In the car I go through my usual shakes and tremors, my muscles spasm and cramp up, that is the most painful bit, today I am fascinated with my feet, they look like those of a cadaver, I used to study anatomy using cadavers when I attended Otago University in New Zealand, granted my feet don’t smell of formulen, but they do look so drained of blood like a corpses, ” how could I be alive and have dead looking feet, wierd”, I think. At Otago I completed a 4 year degree in Physical Education, we studied Anatomy for the first year, I never forgot the muscles names after seeing then first hand on a body, kind of sticks with you, just like the smell of the formulen, our anatomy lab was always right before lunch and whatever I did I couldn’t get the smell off myself, duing lunch it hung over me while I ate, I didn’t look forward to lunch on those days.
Robbin notices me drift off to sleep and decides to whisk me away for a shower and food, a good call, as we drive away I glance back at the island, many swimmers are still out there, Ned had asked me if I would like to come over to the island and watch the other swimmers feed after I was done swimming today, ” you’ll learn alot”, he said, so my plan is to go change and come back, I have already decided, I am coming back with my suit on underneath my clothes, if Colm wants company towards the end of his swim I am getting back in.
Back to the apartment, a warm shower, food, dry suit on, I pick the one that simmers like a fish, brightly colored, warm clothes on top, then I stuff my swim cap, ear plug and goggles into my pocket so no one can see and am off with Robbin back to the island.
I catch a ride in the dingy out to the island and sit and watch the remaining swimmers as they swim in, feed and head back out for another lap. Ned is right, I do learn alot, ” look how calm and controlled they are when they come in”, says Ned, I look, sure enough they swim in, walk up to the island, ask for their feed, maybe something special like a jelly baby or mint, even mouthwash to give the mouth and tounge relief from the salt water, then thay are off again. They don’t argue, shout or reject help, the swim on. I am amazed that they can talk at all. There is still 1.5 hours to go, Kevin is still swimming, along with Alan from Montreal, Donal is still out there too and Colm, who had helped me so much earlier in the day. I continue to watch and notice it is hard to look upbeat and positive knowing how hard this must be for them swimming, I spare a thought for my own crew and realise what a tough ask I give them..” look happy it helps me when I swim”. More time goes by, now only 40 minutes to go, Colm swims, Lisa brings him his feed, ” It’s getting tough out there now”, says Colm, her looks up and sees me all bundled up sitting on the rock, ” coming in for another lap?”, he asks, ” Yes I said I can if it would help”, I reply, ” No, no, I was just joking you stay warm”, Colm replies, ” really Colm she has her suit on, cap,and goggles ready to go”, says Lisa, ‘ no Charlotte I have slowed down over the hours, I’ll be much too slow for you”, as Colm continues to say no I am ripping off my pants and jackets, and shouting to him, “you go I’ll catch you up”, with that he resumes swimming, I tug on my cap, ear plugs in and goggles down, I dash into the water chasing him, I don’t care if he is slow or fast I am going to be there for him if it helps him through. So off I stroke, winding in and out of the weed and the rocks, the water is refreshing and before long I pull up alongside him, he was right I have to slow my stroke down to stay alongside him, I look down at all the wonderful activity on the bottom of the cove, I breathe to my left and fondly look at the powerful waves crashing on to strong rocks, it is beautiful, I feel so grateful to be in such an amazing place, then I breathe to the right and see Colm soldering on, nearly 6 hours completed in this water in the low 50s, what a feat. The cold snaps my mind back, I swim fast past Colm to warm myself up, swim in a big circle and then pull up beside him again, hoping I am not distracting him. We swim along like along the backside of the island, round the 3rd corner where the water is a bit warmer and then back into the island where I get out and Colm goes about finishing the last little bit of his 6 hours and he does, what a terrific swim. Alan makes his qualifying swim and Donal his mentor leads the way, setting a good example for Alan by keeping him company and swimming the 6 hours also, Kevin cruises in and completes his as well.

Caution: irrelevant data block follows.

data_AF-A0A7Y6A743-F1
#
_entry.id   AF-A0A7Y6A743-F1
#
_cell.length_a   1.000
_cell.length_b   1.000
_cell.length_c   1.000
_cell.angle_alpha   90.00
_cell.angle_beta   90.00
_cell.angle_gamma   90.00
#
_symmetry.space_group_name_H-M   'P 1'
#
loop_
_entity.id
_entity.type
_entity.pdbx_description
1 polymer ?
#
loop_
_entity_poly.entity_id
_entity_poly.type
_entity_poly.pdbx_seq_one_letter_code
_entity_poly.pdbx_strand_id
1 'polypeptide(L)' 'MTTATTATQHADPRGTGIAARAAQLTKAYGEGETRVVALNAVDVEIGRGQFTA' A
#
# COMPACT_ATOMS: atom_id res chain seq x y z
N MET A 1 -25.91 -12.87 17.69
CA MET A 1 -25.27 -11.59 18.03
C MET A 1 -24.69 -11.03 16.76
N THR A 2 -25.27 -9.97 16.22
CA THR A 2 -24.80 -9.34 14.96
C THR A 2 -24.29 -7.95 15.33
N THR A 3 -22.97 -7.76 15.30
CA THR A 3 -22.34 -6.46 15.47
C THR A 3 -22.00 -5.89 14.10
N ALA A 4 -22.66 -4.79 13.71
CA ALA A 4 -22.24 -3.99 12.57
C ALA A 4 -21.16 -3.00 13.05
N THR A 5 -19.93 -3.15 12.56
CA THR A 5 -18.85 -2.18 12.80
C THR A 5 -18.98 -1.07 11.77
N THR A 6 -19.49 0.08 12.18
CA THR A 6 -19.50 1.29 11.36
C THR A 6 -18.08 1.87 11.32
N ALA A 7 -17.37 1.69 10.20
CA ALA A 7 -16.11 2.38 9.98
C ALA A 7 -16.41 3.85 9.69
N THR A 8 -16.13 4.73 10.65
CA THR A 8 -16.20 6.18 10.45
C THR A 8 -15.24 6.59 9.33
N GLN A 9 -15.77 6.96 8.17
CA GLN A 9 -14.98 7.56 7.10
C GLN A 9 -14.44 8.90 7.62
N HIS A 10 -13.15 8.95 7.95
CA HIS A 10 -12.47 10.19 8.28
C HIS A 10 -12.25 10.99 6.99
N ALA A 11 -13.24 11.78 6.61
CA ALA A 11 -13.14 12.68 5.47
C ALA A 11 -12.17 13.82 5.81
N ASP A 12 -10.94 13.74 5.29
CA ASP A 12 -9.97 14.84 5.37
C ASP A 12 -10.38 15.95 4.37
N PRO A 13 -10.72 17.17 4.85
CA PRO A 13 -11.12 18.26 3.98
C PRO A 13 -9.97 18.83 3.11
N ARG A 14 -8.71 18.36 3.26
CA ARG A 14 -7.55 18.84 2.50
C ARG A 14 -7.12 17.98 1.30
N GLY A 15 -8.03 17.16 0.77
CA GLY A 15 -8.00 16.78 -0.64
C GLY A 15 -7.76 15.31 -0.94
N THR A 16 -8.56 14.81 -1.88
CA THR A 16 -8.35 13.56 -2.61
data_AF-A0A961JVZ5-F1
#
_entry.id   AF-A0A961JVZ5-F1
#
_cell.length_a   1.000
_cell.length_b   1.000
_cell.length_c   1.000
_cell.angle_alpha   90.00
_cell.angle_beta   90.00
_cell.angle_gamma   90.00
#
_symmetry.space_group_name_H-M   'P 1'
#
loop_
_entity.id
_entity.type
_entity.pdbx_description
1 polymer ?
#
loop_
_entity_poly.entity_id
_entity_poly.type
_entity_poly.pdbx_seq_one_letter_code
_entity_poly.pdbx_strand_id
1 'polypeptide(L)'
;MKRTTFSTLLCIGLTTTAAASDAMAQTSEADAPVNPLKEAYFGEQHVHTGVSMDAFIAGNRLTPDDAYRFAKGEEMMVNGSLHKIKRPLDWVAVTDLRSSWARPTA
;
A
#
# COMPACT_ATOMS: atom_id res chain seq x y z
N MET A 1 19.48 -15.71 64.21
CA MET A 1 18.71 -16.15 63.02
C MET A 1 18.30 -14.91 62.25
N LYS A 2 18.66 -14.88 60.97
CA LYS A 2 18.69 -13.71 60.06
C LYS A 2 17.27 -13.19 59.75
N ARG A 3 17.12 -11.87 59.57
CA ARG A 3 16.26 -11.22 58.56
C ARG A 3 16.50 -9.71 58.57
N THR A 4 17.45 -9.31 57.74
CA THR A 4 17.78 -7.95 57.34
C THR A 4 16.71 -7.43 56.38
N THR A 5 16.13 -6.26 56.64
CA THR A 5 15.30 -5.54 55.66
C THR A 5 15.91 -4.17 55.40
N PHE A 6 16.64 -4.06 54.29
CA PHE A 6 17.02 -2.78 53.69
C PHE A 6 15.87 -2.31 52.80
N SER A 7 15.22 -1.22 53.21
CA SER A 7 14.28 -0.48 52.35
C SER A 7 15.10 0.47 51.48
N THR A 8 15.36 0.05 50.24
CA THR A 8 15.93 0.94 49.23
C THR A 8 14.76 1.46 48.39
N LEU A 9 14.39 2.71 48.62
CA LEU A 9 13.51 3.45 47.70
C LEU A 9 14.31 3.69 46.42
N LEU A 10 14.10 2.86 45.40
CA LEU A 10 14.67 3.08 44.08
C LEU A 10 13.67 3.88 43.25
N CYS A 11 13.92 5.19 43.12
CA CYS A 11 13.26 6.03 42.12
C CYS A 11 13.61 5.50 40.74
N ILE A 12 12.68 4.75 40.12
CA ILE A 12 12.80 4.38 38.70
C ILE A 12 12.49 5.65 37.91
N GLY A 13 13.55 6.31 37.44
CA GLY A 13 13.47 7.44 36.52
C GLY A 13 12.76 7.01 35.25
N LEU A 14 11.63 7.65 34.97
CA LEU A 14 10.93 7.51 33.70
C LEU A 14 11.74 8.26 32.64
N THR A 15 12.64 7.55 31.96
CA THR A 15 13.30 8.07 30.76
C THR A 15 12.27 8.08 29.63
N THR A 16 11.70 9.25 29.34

So there we have it, distance training week comes to a close, time to gather round and say some goodbyes and some thank yous for all the good swimming, lessons learned and support offered, Ned headed up one heck of a wild ride, it was the most miserably painful wonderfully enjoyable experiance I recall, thanks Ned for everything. So into the car and off Robbin and I go, is this the last story from Kinsale, absolutely not, we have not it is 3:30pm and we are going to high tail it to make it in time a harbor cruise at 5pm and tour Charles fort, we haven’t done any sightseeing yet( apart from in the water!) and I am determined to learn a little history about this wonderful little village and harbor before we leave for the airport at 4am tomorrow morning,what will we discover, I ‘ll keep you posted!
Closing thought: True success is the only thing that you cannot have unless and until you have offered it to others